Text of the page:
INDIANAPOLIS (WANE) The Indiana Department of Education (IDOE) on Monday released a list showing the estimated amount of money public school districts across the state will receive as part of the federal American Rescue Plan Act. Funding estimates for non-public schools will be released later this spring.
In Allen County, Fort Wayne Community Schools will receive an estimated $100,802.907.15. Northwest Allen County Schools is set to receive an estimated $3,245,271.05; Southwest Allen County Schools will get an estimated $3,365,591.10; East Allen County Schools will receive an estimated $22,879,474.74.
“Over the past year, this is the third round of federal funding allowing many Indiana schools access to unprecedented resources to sustainably invest in their future,” said Dr. Katie Jenner, Indiana Secretary of Education. “While the needs may vary from one school to the next, it’s critical that schools are strategically planning to maximize their return on investment, in turn achieving the greatest outcomes for students.”
According to the IDOE, with this funding, schools can reimburse approved expenses incurred through September 2024 that address some of the greatest challenges schools continue to face as a result of the COVID-19 pandemic. Per federal requirements, schools must use at least 20 percent of these funds to support accelerated learning opportunities for students, as schools work to make up for lost instructional time due to COVID-19. These evidence-based interventions may include summer learning or enrichment, comprehensive afterschool programs, extended school years programs, etc. Additional information about allowable uses is available here.
Leaders at Fort Wayne Community Schools learned of their $100 million dollar allocation while figuring out what to do with the previous round of funding. FWCS received $9,000,000 in the first round and another $44,000,000 in the second installment.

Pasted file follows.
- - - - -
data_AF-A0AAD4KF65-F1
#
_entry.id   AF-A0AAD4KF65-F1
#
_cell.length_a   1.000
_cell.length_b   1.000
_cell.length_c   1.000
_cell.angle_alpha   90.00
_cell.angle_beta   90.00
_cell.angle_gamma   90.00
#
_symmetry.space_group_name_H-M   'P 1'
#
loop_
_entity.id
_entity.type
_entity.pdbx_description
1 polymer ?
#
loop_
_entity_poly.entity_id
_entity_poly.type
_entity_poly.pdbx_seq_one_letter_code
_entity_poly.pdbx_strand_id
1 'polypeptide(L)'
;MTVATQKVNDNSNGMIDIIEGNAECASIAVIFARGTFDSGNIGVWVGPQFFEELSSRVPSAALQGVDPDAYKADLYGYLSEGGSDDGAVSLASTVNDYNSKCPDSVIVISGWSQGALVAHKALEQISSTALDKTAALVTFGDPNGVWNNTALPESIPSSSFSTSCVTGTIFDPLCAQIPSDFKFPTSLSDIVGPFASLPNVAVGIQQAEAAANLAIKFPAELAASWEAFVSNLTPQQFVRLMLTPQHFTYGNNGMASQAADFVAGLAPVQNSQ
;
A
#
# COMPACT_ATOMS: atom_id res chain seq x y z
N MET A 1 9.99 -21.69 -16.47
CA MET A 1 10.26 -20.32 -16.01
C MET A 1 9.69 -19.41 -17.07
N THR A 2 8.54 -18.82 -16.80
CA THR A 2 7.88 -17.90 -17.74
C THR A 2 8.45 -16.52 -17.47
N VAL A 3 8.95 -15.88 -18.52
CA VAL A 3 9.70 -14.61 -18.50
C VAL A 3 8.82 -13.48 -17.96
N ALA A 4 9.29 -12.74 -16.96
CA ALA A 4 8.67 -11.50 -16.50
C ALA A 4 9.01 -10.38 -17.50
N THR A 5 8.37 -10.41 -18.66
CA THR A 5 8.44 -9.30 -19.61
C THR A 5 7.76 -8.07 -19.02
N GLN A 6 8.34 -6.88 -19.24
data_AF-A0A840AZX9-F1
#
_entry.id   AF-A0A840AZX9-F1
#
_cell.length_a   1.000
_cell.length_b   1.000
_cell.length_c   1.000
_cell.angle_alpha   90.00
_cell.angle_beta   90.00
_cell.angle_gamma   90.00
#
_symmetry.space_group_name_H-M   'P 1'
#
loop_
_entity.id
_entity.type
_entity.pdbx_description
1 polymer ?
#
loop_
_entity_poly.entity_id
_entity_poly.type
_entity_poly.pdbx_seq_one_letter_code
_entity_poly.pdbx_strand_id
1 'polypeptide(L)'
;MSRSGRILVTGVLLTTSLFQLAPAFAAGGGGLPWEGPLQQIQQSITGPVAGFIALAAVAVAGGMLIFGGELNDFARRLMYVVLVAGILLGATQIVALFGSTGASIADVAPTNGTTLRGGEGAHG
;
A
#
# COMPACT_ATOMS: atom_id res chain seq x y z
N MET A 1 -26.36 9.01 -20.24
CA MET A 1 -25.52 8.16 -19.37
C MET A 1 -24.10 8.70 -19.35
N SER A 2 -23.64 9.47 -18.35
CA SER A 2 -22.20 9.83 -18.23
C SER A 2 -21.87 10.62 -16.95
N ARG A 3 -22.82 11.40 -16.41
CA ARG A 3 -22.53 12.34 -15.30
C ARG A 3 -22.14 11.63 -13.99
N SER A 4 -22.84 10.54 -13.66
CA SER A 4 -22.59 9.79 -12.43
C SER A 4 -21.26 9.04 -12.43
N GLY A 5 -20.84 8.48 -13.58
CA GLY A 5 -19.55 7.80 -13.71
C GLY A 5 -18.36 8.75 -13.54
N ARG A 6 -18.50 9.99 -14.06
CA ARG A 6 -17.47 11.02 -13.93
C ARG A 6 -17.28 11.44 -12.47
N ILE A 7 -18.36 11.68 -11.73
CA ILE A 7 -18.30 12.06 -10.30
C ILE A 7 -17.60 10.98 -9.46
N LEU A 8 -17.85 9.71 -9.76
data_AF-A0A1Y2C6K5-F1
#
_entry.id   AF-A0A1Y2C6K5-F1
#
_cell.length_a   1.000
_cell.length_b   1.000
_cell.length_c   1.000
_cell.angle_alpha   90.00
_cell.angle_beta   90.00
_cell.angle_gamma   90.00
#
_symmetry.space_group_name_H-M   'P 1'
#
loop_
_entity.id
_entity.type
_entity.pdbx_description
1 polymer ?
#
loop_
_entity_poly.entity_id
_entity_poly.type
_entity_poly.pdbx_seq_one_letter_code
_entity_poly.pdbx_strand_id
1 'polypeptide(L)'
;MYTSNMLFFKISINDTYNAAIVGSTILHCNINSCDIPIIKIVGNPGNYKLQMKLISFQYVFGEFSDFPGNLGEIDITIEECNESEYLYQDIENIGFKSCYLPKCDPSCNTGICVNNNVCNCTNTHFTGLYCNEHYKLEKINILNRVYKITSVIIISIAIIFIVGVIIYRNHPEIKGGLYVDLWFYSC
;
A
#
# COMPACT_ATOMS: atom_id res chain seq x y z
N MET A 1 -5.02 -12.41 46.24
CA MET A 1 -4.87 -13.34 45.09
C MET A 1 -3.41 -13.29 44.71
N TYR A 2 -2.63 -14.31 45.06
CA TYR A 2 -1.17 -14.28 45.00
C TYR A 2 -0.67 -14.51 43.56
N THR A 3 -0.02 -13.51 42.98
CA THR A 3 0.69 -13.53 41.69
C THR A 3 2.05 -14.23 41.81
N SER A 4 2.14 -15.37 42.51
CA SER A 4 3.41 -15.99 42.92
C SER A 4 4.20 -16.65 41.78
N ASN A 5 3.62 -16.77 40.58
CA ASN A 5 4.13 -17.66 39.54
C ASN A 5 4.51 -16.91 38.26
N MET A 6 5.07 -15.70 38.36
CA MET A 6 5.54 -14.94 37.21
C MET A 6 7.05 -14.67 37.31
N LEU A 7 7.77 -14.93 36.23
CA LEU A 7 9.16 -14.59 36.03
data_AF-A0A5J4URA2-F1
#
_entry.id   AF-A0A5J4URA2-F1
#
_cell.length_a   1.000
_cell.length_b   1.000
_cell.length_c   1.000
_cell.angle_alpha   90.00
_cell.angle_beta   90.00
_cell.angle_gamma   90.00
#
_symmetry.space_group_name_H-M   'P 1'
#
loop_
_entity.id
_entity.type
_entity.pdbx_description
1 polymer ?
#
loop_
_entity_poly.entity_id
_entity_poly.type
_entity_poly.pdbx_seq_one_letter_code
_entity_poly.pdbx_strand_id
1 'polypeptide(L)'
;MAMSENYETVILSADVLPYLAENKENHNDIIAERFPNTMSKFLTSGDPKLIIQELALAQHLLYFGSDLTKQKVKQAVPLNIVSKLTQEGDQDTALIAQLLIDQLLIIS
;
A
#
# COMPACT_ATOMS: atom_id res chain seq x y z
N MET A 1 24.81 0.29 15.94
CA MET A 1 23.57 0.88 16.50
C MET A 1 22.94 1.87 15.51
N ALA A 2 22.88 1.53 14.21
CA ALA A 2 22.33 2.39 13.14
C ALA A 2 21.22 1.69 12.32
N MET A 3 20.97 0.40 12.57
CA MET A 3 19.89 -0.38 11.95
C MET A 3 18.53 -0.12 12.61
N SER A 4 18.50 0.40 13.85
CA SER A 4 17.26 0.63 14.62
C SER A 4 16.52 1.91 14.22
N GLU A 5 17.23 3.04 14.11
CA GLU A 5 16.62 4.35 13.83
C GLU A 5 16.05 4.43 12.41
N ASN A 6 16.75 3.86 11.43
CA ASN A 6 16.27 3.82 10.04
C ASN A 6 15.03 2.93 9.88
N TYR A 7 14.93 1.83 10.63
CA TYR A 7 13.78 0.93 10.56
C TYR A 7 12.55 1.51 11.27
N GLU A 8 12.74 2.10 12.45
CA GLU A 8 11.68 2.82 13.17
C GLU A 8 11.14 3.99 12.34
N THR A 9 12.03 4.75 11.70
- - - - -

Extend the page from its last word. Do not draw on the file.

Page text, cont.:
According to a spokesperson for Fort Wayne Community Schools, the district is considering several options for what to spend the money on, with the goal of making improvements but not creating expenses beyond the 2024 timeframe.
“How do we use this money to best meet the needs of kids to get them back up to speed to where they need to be, but at the same time not creating new programs that will then have to be funded somehow when this money runs out,” FWCS Spokesperson Krista Stockman asked. “We’re really trying to be creative in what we look at, to think about things that we’ve never really had the opportunity to do before.”
Previous rounds of funding paid for personal protective equipment for schools while getting students access to remote learning. Stockman told WANE 15 the district is considering ways to make class sizes smaller, improve air quality in school buildings and create programs that will help students bounce back from the pandemic.
Spokespeople from other Allen County school districts also told WANE 15 that definitive plans have not yet been made.
“East Allen County Schools is currently in the planning phase for ESSER II and ESSER III funds,” East Allen County Schools Public Information Officer Tamyra Kelly said in a statement. “Our overall plan is to implement evidence-based interventions that respond to students’ social, emotional, academic needs and improves the indoor air quality of our facilities and reduces the risk of virus transmission and exposure to environmental health hazards.”
“No decisions have been made for use of the third round of ESSR funds for Northwest Allen County Schools as the final allocation has not been awarded,” a spokesperson for NACS added. “We are using the second round to cover remote instruction for students. The initial allotment went largely towards implementing reopening plans, remote support help for teachers and students as well as adding a social worker to help ensure the needs of students were being met.”
“Nearly all ESSER I funds (CARE Funds) were used to support our Food Services Department for staffing and supplies enabling SACS to continue to feed our students during Hunker Down Indiana,” SACS Director of District Communications Stacey Fleming added. “SACS is currently discussing how best to allocate ESSER II and III funds in our district to best meet the needs of our students and staff. No final decisions have been made.”